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Tajikistan


-  Area: 143,100 sq. km.
-  Population: 6,135,000
-  Languages: Tajik, Russian
-  Type of state: republic
-  Head of state: President Emomali Rahmonov
-  Head of government: Prime Minister Oqil Oqilov

Tajikistan - Annual Report 2003

Despite token gestures, such as dropping charges against opposition journalist Dodojon Atovuloyev, the authorities continue to exert great pressure on independent journalists and strictly control printing plants, operating licences and the editorial line of the state-owned media.

The state controls the printing plants in the capital, Dushanbe, as well as the state broadcasting commission, which enables it to censor newspaper articles and refuse licences to independent media. The first independent radio, Asia+, began broadcasting in September, but it had to wait nearly four years for a response from the authorities and was turned down once.
The authorities pressure journalists and independent media in many ways, including seizures, threats or conscripting critical young journalists into the army. The dropping of charges against exiled opposition journalist Dodojon Atovulloyev has not fooled the regime’s opponents or the journalist himself, who fears he will be in danger if he returns to the country.
Press offences are still considered crimes and defamation is punishable by two years in prison and five years if it concerns the president himself. On 18 December, the authorities hosted a conference organised by the Organisation for Security and Cooperation in Europe (OSCE) representative on freedom of the media, Freimut Duve, which concluded there was a need for new press laws more in line with international standards.

New information on a journalist killed before 2002

The interior minister announced on 26 July the arrest of a former Islamic opposition fighter in the murder of the BBC’s Persian Service correspondent in Dushanbe, Muhiddin Olimpur, who had been found shot dead in the capital near the university on 12December 1995. The well-known Olimpur, who was also a photographer, filmmaker and man of letters, focused on cultural news, but also covered local political and social matters. His papers were not stolen.

Nine journalists arrested

Nine young journalists from the TV stations SMI and TRK-Asia who were attending a journalist training course in the northern town of Khujand were arrested by military police on 28 October. Six were released as exempt from doing military service but three - Akram Azizov (21), Nasim Rahimov (20) and Yusuf Yunusov (21) - of the TV station SM1, were sent to the town’s army base to be conscripted into the army to work in its communications department.
Four days earlier, SMI had broadcast a documentary made during the training course about army squads that tracked down young people to conscript them, using violence and rejecting medical certificates justifying exemption. The head of SMI, Mahmujan Dadabayev, received phone calls from army officials on 5 November threatening to kill him and shut down the station.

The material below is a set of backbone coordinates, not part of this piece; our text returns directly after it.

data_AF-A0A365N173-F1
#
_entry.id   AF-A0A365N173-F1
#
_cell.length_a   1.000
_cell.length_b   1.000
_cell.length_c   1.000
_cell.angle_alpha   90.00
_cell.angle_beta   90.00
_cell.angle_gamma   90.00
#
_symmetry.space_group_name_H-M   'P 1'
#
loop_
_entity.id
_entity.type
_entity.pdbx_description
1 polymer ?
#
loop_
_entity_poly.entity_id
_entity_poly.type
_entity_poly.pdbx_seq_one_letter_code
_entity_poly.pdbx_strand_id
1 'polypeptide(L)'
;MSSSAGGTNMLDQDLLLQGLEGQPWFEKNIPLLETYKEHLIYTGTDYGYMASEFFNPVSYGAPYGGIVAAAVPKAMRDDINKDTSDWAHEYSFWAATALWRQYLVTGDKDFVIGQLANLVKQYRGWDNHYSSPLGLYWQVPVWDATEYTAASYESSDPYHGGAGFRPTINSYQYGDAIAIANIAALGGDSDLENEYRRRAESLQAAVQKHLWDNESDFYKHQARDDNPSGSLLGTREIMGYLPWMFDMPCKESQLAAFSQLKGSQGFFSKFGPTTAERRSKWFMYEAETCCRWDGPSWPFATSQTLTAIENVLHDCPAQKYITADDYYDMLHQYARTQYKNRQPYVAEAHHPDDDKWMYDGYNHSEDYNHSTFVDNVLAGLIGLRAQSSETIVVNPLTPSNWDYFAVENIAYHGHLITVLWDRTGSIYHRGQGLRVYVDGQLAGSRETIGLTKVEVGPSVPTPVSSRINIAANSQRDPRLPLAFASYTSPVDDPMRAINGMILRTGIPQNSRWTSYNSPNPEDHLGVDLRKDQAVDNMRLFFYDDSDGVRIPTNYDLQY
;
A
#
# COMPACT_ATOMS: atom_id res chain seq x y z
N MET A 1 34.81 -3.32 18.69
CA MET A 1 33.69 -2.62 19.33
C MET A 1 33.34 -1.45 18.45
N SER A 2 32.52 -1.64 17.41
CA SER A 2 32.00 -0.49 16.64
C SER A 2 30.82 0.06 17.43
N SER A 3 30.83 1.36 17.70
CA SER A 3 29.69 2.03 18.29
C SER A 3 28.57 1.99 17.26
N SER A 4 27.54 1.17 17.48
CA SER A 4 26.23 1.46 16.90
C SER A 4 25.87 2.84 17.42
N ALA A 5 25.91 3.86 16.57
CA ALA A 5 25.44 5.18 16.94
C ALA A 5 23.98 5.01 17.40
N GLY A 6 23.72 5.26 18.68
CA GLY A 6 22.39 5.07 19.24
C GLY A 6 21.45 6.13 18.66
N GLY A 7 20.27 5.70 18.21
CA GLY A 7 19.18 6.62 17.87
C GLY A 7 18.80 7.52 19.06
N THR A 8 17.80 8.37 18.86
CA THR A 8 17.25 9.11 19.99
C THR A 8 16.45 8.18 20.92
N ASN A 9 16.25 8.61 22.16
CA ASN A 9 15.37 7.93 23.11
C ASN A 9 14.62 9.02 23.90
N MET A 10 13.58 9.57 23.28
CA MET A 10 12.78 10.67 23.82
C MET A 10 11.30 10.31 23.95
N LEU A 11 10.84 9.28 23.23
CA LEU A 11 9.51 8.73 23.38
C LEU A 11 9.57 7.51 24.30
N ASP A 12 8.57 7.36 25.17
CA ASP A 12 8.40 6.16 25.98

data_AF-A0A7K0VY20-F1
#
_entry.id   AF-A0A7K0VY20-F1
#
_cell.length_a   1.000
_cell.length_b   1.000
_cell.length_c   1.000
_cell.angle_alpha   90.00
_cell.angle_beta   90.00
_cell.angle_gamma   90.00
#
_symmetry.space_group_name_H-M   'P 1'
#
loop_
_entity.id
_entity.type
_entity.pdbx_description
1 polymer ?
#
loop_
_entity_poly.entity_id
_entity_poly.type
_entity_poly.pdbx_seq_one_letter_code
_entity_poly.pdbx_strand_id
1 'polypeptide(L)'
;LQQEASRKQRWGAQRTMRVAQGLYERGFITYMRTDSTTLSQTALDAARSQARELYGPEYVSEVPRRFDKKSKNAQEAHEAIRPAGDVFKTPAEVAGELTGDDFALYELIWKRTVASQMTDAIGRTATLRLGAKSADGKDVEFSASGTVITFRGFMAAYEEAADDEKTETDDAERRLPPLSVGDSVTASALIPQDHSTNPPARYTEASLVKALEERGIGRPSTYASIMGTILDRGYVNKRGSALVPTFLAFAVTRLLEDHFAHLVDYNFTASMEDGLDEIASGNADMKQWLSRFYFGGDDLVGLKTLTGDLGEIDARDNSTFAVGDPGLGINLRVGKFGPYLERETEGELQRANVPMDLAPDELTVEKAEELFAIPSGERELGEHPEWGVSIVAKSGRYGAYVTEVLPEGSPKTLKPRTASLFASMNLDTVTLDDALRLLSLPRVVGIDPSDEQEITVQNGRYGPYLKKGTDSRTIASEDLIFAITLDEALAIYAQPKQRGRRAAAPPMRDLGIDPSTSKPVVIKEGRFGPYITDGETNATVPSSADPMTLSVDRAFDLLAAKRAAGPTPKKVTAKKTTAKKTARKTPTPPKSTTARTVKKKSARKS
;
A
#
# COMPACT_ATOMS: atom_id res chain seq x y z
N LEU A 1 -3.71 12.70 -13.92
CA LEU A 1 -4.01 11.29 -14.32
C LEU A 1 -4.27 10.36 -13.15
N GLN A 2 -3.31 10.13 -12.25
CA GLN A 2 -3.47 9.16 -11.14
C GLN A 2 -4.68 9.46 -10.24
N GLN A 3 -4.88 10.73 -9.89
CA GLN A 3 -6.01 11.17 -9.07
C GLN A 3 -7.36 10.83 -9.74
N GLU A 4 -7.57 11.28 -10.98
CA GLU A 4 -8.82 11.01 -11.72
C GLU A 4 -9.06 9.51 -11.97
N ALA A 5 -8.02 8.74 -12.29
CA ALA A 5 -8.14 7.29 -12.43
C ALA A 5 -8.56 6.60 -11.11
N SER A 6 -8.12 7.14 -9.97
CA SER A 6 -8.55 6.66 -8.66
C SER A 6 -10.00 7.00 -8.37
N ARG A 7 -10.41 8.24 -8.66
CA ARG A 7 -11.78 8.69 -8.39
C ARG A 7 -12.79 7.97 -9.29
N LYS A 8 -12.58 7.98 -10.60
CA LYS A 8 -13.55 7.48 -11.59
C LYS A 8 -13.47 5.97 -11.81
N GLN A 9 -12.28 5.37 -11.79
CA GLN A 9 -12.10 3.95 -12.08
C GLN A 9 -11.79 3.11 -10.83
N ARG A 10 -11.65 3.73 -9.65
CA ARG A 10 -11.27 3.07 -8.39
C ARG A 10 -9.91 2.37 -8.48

New information about a journalist in exile

The deputy prosecutor-general, Azizmat Imomov, announced on 21 June that all charges had been dropped against Dodojon Atovulloyev, editor of an opposition newspaper, Charogy Ruz, published in Moscow, who had been accused of libelling the president and "inciting national, racial and religious hatred." He had been arrested on 5 July 2001 at Moscow airport on his way from Hamburg (Germany), where he had obtained political asylum a few months earlier, to a meeting in Tashkent (Uzbekistan).
Several governments and human rights organisations persuaded the Russian government not to extradite him and he was freed a few days later. He obtained political asylum on 20 March 2002 and feared his life would be in danger if he returned to Tajikistan.

Pressure and obstruction

The state broadcasting commission refused on 8 July to grant a radio operating licence to the independent media group Asia+, saying a new station was not needed in Dushanbe, even though it has no independent radio station. The request for a licence was made in August 1998. After the head of Asia+, Umed Babakhanov, approached President Rahmonov on 29 July and after protests by human rights organisations, the commission reversed itself and the group was allowed to open a radio station on 9 September.
In mid-December, an aide of Subkhon Rakhimov, mayor of the southwestern town of Kurgan-Tyube, and three policemen, burst into the offices of the independent TV station Kurgan-Tyube and seized tapes of a report on the town’s economic and social problems. The next day, the mayor threatened to close the station if he was not allowed to censor its programmes.



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see also
2003 Africa Annual Report
2003 Asia Annual Report
2003 Americas Annual Report
2003 North Africa and the Middle East Annual Report